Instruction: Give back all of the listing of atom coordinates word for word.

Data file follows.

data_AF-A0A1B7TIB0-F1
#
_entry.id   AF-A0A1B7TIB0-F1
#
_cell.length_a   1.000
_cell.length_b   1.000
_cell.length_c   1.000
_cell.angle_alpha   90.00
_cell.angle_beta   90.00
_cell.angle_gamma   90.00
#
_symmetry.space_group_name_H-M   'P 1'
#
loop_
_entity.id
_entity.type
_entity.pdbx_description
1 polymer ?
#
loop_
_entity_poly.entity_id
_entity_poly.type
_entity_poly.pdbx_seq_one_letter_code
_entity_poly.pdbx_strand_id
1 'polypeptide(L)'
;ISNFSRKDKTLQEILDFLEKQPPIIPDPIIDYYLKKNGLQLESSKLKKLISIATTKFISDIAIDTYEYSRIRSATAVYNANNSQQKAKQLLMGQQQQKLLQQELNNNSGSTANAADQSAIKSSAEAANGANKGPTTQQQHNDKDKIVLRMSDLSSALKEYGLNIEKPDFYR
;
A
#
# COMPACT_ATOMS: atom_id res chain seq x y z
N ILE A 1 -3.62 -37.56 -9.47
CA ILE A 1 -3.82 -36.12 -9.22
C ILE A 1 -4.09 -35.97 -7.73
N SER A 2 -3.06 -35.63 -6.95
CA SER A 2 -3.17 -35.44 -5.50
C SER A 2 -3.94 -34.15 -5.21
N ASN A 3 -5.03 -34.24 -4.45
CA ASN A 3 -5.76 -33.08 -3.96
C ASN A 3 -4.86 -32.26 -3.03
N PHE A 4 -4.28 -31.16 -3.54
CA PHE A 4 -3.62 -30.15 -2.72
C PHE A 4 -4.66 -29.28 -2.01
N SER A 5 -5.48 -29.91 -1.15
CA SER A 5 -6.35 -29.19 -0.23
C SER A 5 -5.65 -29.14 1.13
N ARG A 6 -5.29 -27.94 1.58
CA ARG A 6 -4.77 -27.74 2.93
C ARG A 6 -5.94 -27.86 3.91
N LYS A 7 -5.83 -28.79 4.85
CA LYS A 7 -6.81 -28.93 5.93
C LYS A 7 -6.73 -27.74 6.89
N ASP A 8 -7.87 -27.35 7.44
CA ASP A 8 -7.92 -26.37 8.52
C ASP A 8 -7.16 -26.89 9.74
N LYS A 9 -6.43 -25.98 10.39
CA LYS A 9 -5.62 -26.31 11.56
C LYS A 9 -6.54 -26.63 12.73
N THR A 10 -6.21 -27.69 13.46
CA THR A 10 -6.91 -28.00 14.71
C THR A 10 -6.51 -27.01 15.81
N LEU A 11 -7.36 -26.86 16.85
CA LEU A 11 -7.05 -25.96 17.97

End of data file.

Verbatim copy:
data_AF-A0A1B7TIB0-F1
#
_entry.id   AF-A0A1B7TIB0-F1
#
_cell.length_a   1.000
_cell.length_b   1.000
_cell.length_c   1.000
_cell.angle_alpha   90.00
_cell.angle_beta   90.00
_cell.angle_gamma   90.00
#
_symmetry.space_group_name_H-M   'P 1'
#
loop_
_entity.id
_entity.type
_entity.pdbx_description
1 polymer ?
#
loop_
_entity_poly.entity_id
_entity_poly.type
_entity_poly.pdbx_seq_one_letter_code
_entity_poly.pdbx_strand_id
1 'polypeptide(L)'
;ISNFSRKDKTLQEILDFLEKQPPIIPDPIIDYYLKKNGLQLESSKLKKLISIATTKFISDIAIDTYEYSRIRSATAVYNANNSQQKAKQLLMGQQQQKLLQQELNNNSGSTANAADQSAIKSSAEAANGANKGPTTQQQHNDKDKIVLRMSDLSSALKEYGLNIEKPDFYR
;
A
#
# COMPACT_ATOMS: atom_id res chain seq x y z
N ILE A 1 -3.62 -37.56 -9.47
CA ILE A 1 -3.82 -36.12 -9.22
C ILE A 1 -4.09 -35.97 -7.73
N SER A 2 -3.06 -35.63 -6.95
CA SER A 2 -3.17 -35.44 -5.50
C SER A 2 -3.94 -34.15 -5.21
N ASN A 3 -5.03 -34.24 -4.45
CA ASN A 3 -5.76 -33.08 -3.96
C ASN A 3 -4.86 -32.26 -3.03
N PHE A 4 -4.28 -31.16 -3.54
CA PHE A 4 -3.62 -30.15 -2.72
C PHE A 4 -4.66 -29.28 -2.01
N SER A 5 -5.48 -29.91 -1.15
CA SER A 5 -6.35 -29.19 -0.23
C SER A 5 -5.65 -29.14 1.13
N ARG A 6 -5.29 -27.94 1.58
CA ARG A 6 -4.77 -27.74 2.93
C ARG A 6 -5.94 -27.86 3.91
N LYS A 7 -5.83 -28.79 4.85
CA LYS A 7 -6.81 -28.93 5.93
C LYS A 7 -6.73 -27.74 6.89
N ASP A 8 -7.87 -27.35 7.44
CA ASP A 8 -7.92 -26.37 8.52
C ASP A 8 -7.16 -26.89 9.74
N LYS A 9 -6.43 -25.98 10.39
CA LYS A 9 -5.62 -26.31 11.56
C LYS A 9 -6.54 -26.63 12.73
N THR A 10 -6.21 -27.69 13.46
CA THR A 10 -6.91 -28.00 14.71
C THR A 10 -6.51 -27.01 15.81
N LEU A 11 -7.36 -26.86 16.85
CA LEU A 11 -7.05 -25.96 17.97